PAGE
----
Is this the tool that Microsoft uses internally?

Many of the tools in Visual Studio 2005 Team System are tools that Microsoft has used internally for years, such as profiling, static analysis and work item tracking. Microsoft already has plans to use Visual Studio 2005 Team System for product development.

Is Team Foundation more useful for smaller teams (less than 10 involved) or is it geared towards larger organizations?

We do not think about the size of teams as much as the level of integration necessary. Some small teams need process methodology integration, issue tracking, integrated source code control and policy management and they should use Team Foundation. Conversely, if they are only looking for source code control, the forthcoming release of Visual SourceSafe has numerous improvements that should satisfy their needs.

Does Visual Studio 2005 Team System work for geographically distributed teams?

One of our design goals was to ensure that distributed teams can access Team System products.


Can I use Team Foundation Server alone without buying Visual Studio Team System?

Yes. In order to do this you will need to buy Visual Studio Team Foundation Server and a Client Access License for proper communication with the server. Team Explorer, which is included with Team Foundation Server, is a stand alone client that uses the Visual Studio 2005 shell providing a UI for source control, work item tracking and all the other features.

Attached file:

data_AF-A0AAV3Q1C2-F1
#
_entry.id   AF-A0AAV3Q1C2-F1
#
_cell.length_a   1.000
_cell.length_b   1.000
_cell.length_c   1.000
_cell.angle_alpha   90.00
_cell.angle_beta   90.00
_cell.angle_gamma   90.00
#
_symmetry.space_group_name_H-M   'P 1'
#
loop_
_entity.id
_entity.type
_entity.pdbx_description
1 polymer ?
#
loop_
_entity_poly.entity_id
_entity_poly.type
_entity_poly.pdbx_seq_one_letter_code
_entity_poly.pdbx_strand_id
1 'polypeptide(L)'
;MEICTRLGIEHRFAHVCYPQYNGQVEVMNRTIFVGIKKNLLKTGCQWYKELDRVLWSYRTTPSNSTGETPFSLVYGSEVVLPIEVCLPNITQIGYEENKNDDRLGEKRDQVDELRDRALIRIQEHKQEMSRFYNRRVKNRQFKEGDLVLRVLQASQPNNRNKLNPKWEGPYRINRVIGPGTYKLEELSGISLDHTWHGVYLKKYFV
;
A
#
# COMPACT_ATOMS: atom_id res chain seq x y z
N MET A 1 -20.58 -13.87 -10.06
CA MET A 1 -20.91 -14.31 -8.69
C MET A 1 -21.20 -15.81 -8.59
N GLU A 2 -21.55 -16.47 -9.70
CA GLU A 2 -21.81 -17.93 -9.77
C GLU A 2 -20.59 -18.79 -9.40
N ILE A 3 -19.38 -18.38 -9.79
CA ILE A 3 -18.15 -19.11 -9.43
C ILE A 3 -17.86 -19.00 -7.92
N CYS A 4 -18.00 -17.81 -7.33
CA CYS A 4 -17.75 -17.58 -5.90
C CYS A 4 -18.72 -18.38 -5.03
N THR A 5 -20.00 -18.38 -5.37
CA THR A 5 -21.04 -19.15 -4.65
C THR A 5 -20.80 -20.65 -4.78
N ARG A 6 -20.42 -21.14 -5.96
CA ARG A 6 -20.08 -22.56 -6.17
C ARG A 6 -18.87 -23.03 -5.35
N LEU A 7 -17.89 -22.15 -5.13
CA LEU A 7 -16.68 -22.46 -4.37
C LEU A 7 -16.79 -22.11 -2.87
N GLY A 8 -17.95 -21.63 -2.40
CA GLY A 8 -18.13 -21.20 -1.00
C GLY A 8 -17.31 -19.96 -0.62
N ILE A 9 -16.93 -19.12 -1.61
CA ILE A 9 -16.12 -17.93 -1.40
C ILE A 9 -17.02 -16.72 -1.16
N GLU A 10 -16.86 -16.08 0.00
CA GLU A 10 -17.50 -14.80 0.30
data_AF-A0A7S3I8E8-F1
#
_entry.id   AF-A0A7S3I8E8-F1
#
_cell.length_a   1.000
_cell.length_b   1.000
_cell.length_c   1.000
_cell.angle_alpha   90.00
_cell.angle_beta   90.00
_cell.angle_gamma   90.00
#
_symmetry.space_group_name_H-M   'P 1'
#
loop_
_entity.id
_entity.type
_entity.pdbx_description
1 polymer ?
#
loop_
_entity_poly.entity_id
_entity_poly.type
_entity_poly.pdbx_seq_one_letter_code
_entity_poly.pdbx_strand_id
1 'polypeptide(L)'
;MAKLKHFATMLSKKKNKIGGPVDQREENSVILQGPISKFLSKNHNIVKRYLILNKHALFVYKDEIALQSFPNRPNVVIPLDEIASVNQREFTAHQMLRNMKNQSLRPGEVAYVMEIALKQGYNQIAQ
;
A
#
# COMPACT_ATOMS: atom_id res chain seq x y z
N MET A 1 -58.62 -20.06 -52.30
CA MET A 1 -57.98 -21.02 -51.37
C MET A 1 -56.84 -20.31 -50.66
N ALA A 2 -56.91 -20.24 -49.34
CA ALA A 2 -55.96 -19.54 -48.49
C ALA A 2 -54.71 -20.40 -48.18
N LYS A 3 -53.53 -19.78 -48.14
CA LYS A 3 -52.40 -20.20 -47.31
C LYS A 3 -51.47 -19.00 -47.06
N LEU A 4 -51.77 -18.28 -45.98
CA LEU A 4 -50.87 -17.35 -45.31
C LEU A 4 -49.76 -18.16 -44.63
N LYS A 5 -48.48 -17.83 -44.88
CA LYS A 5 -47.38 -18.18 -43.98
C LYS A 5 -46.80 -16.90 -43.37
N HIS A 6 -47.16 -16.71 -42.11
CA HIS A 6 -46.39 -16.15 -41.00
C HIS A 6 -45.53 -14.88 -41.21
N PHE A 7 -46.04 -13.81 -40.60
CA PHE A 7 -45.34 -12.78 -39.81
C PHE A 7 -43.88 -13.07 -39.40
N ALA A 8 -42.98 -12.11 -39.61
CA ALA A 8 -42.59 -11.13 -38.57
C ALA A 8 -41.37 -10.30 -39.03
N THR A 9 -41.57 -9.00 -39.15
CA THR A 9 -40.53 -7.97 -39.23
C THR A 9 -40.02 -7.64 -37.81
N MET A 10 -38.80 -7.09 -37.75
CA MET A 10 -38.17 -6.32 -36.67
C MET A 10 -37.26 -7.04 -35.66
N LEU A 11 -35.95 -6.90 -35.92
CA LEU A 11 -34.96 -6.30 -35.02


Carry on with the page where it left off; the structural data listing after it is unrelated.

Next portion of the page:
For more information on licensing Visual Studio Team System (including Team Foundation Server) see the Team System Licensing White Paper.

Interoperability and Extensibility

What add-ons, utilities and samples are available for Team Foundation Server?

See the Visual Studio Developer Center’s Customize and Extend Visual Studio page.

Team Foundation Server

Team Foundation Client

Do you support cross-platform design issues?

Platform integration is achieved through Web services and supported by Team System. Team Foundation Core Services enable third parties to extend Team System.

How extensible will your platform be?

Visual Studio 2005 Team System enables partners and customers to extend Team System with their own internal or commercial tools and process frameworks. As the platform on which Team System is built, Team Foundation Core Services enable third parties to extend Team System and to share reporting, eventing, groups and permissions, linking, administration and navigation capabilities. In addition to the Team Foundation Core Services integration services, each of the tools in Visual Studio 2005 Team System may be extended through its own APIs or services.

Online Resources


Web Sites




Software Engineering with Microsoft Visual Studio Team System
by Sam Guckenheimer

Pro Visual Studio 2005 Team System by Jeff Levinson, David Nelson

Professional Visual Studio 2005 Team System by Jean-Luc David, et al

Working with Microsoft Visual Studio 2005 Team System by Richard Hundhausen